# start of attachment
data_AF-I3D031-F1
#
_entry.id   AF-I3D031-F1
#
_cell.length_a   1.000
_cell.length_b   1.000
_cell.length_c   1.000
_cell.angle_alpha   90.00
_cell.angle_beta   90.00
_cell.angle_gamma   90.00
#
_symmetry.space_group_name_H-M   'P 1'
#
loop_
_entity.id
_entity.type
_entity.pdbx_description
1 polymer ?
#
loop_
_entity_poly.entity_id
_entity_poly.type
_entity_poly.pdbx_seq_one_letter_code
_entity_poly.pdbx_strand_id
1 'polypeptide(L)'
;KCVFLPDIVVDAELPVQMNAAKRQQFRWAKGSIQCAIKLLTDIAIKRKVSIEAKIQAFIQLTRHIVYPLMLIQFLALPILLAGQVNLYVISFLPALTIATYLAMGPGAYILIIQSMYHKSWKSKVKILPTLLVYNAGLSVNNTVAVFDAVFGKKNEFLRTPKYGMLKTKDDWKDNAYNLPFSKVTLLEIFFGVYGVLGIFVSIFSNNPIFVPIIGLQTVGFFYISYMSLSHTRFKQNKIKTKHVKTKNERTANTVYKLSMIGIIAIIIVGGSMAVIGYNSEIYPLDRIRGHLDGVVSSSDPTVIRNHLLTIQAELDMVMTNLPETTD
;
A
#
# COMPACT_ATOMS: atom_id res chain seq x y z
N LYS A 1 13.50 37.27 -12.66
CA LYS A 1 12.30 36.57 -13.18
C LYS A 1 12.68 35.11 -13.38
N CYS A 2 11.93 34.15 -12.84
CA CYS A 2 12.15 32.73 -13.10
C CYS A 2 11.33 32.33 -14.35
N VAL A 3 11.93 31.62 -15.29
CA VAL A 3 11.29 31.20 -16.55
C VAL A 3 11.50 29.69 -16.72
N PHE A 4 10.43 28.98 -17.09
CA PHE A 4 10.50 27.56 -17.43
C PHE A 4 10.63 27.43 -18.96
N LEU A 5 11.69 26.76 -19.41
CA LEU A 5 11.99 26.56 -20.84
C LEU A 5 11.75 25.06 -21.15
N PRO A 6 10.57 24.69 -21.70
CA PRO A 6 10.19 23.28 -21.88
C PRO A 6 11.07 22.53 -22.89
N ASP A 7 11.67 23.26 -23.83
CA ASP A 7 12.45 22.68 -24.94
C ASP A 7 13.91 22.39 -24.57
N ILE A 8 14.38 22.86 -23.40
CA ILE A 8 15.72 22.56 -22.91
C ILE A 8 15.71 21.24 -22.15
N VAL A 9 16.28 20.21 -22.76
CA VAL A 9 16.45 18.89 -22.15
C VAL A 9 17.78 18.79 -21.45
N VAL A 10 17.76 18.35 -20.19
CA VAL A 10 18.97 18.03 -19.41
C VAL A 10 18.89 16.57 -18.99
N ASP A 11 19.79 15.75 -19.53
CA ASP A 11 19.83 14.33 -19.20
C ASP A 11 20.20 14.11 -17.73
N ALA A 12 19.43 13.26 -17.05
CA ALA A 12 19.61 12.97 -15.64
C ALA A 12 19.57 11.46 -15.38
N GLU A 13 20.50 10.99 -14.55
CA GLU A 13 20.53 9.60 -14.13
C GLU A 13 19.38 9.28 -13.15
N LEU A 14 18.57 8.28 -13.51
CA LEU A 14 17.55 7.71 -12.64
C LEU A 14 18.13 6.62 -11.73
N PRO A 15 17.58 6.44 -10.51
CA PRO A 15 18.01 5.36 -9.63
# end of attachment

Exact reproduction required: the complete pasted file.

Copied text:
data_AF-I3D031-F1
#
_entry.id   AF-I3D031-F1
#
_cell.length_a   1.000
_cell.length_b   1.000
_cell.length_c   1.000
_cell.angle_alpha   90.00
_cell.angle_beta   90.00
_cell.angle_gamma   90.00
#
_symmetry.space_group_name_H-M   'P 1'
#
loop_
_entity.id
_entity.type
_entity.pdbx_description
1 polymer ?
#
loop_
_entity_poly.entity_id
_entity_poly.type
_entity_poly.pdbx_seq_one_letter_code
_entity_poly.pdbx_strand_id
1 'polypeptide(L)'
;KCVFLPDIVVDAELPVQMNAAKRQQFRWAKGSIQCAIKLLTDIAIKRKVSIEAKIQAFIQLTRHIVYPLMLIQFLALPILLAGQVNLYVISFLPALTIATYLAMGPGAYILIIQSMYHKSWKSKVKILPTLLVYNAGLSVNNTVAVFDAVFGKKNEFLRTPKYGMLKTKDDWKDNAYNLPFSKVTLLEIFFGVYGVLGIFVSIFSNNPIFVPIIGLQTVGFFYISYMSLSHTRFKQNKIKTKHVKTKNERTANTVYKLSMIGIIAIIIVGGSMAVIGYNSEIYPLDRIRGHLDGVVSSSDPTVIRNHLLTIQAELDMVMTNLPETTD
;
A
#
# COMPACT_ATOMS: atom_id res chain seq x y z
N LYS A 1 13.50 37.27 -12.66
CA LYS A 1 12.30 36.57 -13.18
C LYS A 1 12.68 35.11 -13.38
N CYS A 2 11.93 34.15 -12.84
CA CYS A 2 12.15 32.73 -13.10
C CYS A 2 11.33 32.33 -14.35
N VAL A 3 11.93 31.62 -15.29
CA VAL A 3 11.29 31.20 -16.55
C VAL A 3 11.50 29.69 -16.72
N PHE A 4 10.43 28.98 -17.09
CA PHE A 4 10.50 27.56 -17.43
C PHE A 4 10.63 27.43 -18.96
N LEU A 5 11.69 26.76 -19.41
CA LEU A 5 11.99 26.56 -20.84
C LEU A 5 11.75 25.06 -21.15
N PRO A 6 10.57 24.69 -21.70
CA PRO A 6 10.19 23.28 -21.88
C PRO A 6 11.07 22.53 -22.89
N ASP A 7 11.67 23.26 -23.83
CA ASP A 7 12.45 22.68 -24.94
C ASP A 7 13.91 22.39 -24.57
N ILE A 8 14.38 22.86 -23.40
CA ILE A 8 15.72 22.56 -22.91
C ILE A 8 15.71 21.24 -22.15
N VAL A 9 16.28 20.21 -22.76
CA VAL A 9 16.45 18.89 -22.15
C VAL A 9 17.78 18.79 -21.45
N VAL A 10 17.76 18.35 -20.19
CA VAL A 10 18.97 18.03 -19.41
C VAL A 10 18.89 16.57 -18.99
N ASP A 11 19.79 15.75 -19.53
CA ASP A 11 19.83 14.33 -19.20
C ASP A 11 20.20 14.11 -17.73
N ALA A 12 19.43 13.26 -17.05
CA ALA A 12 19.61 12.97 -15.64
C ALA A 12 19.57 11.46 -15.38
N GLU A 13 20.50 10.99 -14.55
CA GLU A 13 20.53 9.60 -14.13
C GLU A 13 19.38 9.28 -13.15
N LEU A 14 18.57 8.28 -13.51
CA LEU A 14 17.55 7.71 -12.64
C LEU A 14 18.13 6.62 -11.73
N PRO A 15 17.58 6.44 -10.51
CA PRO A 15 18.01 5.36 -9.63